For the last few days, I have tried to figure out a good way to share interrupts between RT and non-RT domains. This has included looking through Dmitry's patch, correcting bugs and testing what is possible in my specific case. I'll therefore try to summarize at least a few of my thoughts.

1. When looking through Dmitry's patch I get the impression that the iack handler has very little to do with each interrupt (the test 'prev->iack != intr->iack' is a dead giveaway), but is more of a domain-specific function (or perhaps even just a placeholder for the hijacked Linux ack-function).



2. Somewhat inspired by the figure in "Life with Adeos", I have identified the following cases:

  irq K  | ----------- | ---o    |   // Linux only
  ...
  irq L  | ---o        |         |   // RT-only
  ...
  irq M  | ---o------- | ---o    |   // Shared between domains
  ...
  irq N  | ---o---o--- |         |   // Shared inside single domain
  ...
  irq O  | ---o---o--- | ---o    |   // Shared between and inside single domain

Xenomai currently handles the K & L cases, Dmitrys patch addresses the N case, with edge triggered interrupts the M (and O after Dmitry's patch) case(s) might be handled by returning RT_INTR_CHAINED | RT_INTR_ENABLE from the interrupt handler, for level triggered interrupt the M and O cases can't be handled.

If one looks more closely at the K case (Linux only interrupt), it works by when an interrupt occurs, the call to irq_end is postponed until the Linux interrupt handler has run, i.e. further interrupts are disabled. This can be seen as a lazy version of Philippe's idea of disabling all non-RT interrupts until the RT-domain is idle, i.e. the interrupt is disabled only if it indeed occurs.

If this idea should be generalized to the M (and O) case(s), one can't rely on postponing the irq_end call (since the interrupt is still needed in the RT-domain), but has to rely on some function that disables all non-RT hardware that generates interrupts on that irq-line; such a function naturally has to have intimate knowledge of all hardware that can generate interrupts in order to be able to disable those interrupt sources that are non-RT.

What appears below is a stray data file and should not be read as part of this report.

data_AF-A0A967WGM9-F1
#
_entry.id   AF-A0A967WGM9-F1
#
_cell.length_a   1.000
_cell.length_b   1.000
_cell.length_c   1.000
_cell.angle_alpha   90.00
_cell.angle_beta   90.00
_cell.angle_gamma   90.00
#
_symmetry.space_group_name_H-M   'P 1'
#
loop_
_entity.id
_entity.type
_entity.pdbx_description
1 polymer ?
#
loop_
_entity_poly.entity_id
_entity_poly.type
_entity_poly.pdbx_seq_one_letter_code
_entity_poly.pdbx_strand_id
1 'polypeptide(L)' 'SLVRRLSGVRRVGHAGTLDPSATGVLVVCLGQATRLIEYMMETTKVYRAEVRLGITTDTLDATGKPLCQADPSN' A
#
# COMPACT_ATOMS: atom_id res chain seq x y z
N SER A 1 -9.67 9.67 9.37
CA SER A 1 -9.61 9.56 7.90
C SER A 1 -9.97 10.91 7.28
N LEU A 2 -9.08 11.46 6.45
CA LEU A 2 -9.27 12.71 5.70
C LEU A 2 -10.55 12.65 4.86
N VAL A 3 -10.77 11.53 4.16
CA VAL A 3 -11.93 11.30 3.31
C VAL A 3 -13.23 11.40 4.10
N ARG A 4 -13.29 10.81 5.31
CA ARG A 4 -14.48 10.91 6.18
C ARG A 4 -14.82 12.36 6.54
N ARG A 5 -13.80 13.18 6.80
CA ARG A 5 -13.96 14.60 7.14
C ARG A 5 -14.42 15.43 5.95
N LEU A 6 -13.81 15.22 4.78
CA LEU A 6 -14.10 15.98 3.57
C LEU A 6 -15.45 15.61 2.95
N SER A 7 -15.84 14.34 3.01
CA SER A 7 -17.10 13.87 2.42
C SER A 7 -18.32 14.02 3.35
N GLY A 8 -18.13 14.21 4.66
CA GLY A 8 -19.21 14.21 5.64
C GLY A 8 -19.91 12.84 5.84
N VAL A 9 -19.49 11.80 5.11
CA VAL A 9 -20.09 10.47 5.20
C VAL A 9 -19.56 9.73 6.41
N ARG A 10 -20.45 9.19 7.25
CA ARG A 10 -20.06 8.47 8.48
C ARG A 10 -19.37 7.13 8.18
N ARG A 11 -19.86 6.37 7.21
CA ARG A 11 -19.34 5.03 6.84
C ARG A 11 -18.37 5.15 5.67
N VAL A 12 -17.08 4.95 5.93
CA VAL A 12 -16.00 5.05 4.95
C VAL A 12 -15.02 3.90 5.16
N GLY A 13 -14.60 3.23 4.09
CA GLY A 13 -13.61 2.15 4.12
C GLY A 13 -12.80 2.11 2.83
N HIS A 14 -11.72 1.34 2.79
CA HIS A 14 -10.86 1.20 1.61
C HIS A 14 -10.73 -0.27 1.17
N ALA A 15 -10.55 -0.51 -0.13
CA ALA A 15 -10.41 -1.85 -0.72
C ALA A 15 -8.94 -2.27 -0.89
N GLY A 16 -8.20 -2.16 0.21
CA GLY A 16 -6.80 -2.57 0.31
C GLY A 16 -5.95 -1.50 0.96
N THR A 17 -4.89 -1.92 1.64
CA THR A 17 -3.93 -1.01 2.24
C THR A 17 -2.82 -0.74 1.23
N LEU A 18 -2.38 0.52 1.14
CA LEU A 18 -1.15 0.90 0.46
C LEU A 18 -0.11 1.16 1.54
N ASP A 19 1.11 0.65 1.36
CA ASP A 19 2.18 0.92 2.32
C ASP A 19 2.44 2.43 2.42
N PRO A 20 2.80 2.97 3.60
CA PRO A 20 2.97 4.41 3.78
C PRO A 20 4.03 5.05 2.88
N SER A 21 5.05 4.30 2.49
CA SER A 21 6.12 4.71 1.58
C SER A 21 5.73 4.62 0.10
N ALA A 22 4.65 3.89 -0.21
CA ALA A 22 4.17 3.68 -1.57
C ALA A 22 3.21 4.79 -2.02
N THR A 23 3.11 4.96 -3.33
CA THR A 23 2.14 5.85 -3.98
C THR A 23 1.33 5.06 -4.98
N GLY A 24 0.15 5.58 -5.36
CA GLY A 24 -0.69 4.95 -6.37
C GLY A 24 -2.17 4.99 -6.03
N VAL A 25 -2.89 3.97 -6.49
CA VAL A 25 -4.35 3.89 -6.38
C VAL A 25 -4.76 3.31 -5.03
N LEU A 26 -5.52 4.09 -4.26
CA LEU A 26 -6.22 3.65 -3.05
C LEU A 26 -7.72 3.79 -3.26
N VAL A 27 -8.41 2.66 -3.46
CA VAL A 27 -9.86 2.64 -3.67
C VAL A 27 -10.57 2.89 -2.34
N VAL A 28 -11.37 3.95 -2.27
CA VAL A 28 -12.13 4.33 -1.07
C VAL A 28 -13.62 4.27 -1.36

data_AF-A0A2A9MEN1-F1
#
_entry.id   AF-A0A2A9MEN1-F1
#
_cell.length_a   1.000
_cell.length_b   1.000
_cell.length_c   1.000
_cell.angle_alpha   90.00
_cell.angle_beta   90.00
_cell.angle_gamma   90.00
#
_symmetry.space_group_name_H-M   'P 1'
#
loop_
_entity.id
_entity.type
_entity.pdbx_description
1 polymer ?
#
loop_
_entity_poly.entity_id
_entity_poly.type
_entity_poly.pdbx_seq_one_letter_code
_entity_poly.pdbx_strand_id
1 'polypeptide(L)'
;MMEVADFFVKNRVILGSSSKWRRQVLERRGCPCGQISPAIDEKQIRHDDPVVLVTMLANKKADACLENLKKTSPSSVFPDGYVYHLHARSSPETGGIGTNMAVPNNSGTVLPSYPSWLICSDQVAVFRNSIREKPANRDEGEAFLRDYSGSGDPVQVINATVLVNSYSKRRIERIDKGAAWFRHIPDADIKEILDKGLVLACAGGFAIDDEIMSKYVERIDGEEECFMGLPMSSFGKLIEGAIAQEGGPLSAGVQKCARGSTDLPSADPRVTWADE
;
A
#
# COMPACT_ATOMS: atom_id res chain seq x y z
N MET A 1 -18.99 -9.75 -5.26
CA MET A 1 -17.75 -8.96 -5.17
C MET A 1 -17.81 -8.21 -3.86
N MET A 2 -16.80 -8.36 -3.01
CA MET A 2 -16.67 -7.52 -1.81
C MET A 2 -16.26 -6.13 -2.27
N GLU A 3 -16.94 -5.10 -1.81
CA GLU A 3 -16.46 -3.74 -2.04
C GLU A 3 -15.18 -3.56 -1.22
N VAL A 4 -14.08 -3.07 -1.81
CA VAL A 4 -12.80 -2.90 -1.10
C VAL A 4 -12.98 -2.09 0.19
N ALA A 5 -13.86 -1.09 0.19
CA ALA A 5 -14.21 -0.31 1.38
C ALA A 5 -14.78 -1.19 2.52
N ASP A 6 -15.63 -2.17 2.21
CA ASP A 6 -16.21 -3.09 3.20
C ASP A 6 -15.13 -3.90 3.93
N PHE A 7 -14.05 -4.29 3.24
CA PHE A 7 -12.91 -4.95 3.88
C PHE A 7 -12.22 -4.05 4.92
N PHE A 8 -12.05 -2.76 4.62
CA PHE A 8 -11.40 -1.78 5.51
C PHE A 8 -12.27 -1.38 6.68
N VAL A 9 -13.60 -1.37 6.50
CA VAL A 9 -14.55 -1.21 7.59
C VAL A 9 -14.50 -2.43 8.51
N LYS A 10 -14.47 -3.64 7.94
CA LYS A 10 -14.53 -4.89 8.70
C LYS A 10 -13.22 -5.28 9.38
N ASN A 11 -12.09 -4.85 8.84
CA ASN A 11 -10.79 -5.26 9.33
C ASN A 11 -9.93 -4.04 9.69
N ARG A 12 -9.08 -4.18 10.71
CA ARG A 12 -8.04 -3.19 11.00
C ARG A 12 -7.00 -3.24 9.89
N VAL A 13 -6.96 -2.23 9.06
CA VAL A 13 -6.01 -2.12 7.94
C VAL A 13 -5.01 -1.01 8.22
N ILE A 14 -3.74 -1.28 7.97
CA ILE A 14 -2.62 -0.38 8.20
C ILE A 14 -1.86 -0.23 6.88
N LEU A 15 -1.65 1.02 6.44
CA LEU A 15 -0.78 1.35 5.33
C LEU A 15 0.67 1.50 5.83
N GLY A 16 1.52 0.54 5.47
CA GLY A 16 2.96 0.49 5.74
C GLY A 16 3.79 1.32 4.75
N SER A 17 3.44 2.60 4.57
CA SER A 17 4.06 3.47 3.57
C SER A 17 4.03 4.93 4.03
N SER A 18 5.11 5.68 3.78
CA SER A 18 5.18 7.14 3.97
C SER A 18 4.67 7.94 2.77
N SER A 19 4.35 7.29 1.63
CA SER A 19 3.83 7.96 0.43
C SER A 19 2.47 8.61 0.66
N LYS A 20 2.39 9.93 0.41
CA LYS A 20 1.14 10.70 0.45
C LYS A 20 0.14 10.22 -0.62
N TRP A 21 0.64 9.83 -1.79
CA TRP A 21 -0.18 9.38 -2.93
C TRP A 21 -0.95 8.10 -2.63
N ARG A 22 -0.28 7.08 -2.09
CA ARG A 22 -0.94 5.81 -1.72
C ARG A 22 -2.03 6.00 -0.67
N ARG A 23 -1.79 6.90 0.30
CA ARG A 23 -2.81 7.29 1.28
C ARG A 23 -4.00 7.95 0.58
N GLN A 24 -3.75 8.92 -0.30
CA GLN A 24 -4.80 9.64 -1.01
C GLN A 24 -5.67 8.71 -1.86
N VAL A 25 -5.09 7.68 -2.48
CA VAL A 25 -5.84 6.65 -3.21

If we then take Jan's observation about the many (Linux-only) interrupts present in an ordinary PC and add it to Philippe's idea of disabling all non-RT interrupts while executing in the RT-domain, I think that the following is a workable (and fairly efficient) way of handling this:

Add hardware dependent enable/disable functions, where the enable is called just before normal execution in a domain starts (i.e. when playing back interrupts, the disable is still in effect), and disable is called when normal domain execution end. This does effectively handle the K case above, with the added benefit that NO non-RT interrupts will occur during RT execution.

In the 8259 case, the disable function could look something like:

  domain_irq_disable(uint irqmask) {
    if (irqmask & 0xff00 != 0xff00) {
      irqmask &= ~0x0004; // Cascaded interrupt is still needed
      outb(irqmask >> 8, PIC_SLAVE_IMR);
    }
    outb(irqmask, PIC_MASTER_IMR);
  }

If we should extend this to handle the M (and O) case(s), the disable function could look like:

  domain_irq_disable(uint irqmask, shared_irq_t *shared[]) {
    int i;

    for (i = 0 ; i < MAX_IRQ ; i++) {
      if (shared[i]) {
        shared_irq_t *next = shared[i];
        irqmask &= ~(1<<i);
        while (next) {
          next->disable();
          next = next->next;
        }
      }
    }
    if (irqmask & 0xff00 != 0xff00) {
      irqmask &= ~0x0004; // Cascaded interrupt is still needed
      outb(irqmask >> 8, PIC_SLAVE_IMR);
    }
    outb(irqmask, PIC_MASTER_IMR);
  }

An obvious optimization of the above scheme, is to never call the disable (or enable) function for the RT-domain, since there all interrupt processing is protected by the hardware.

Comments, anyone?

--

Anders


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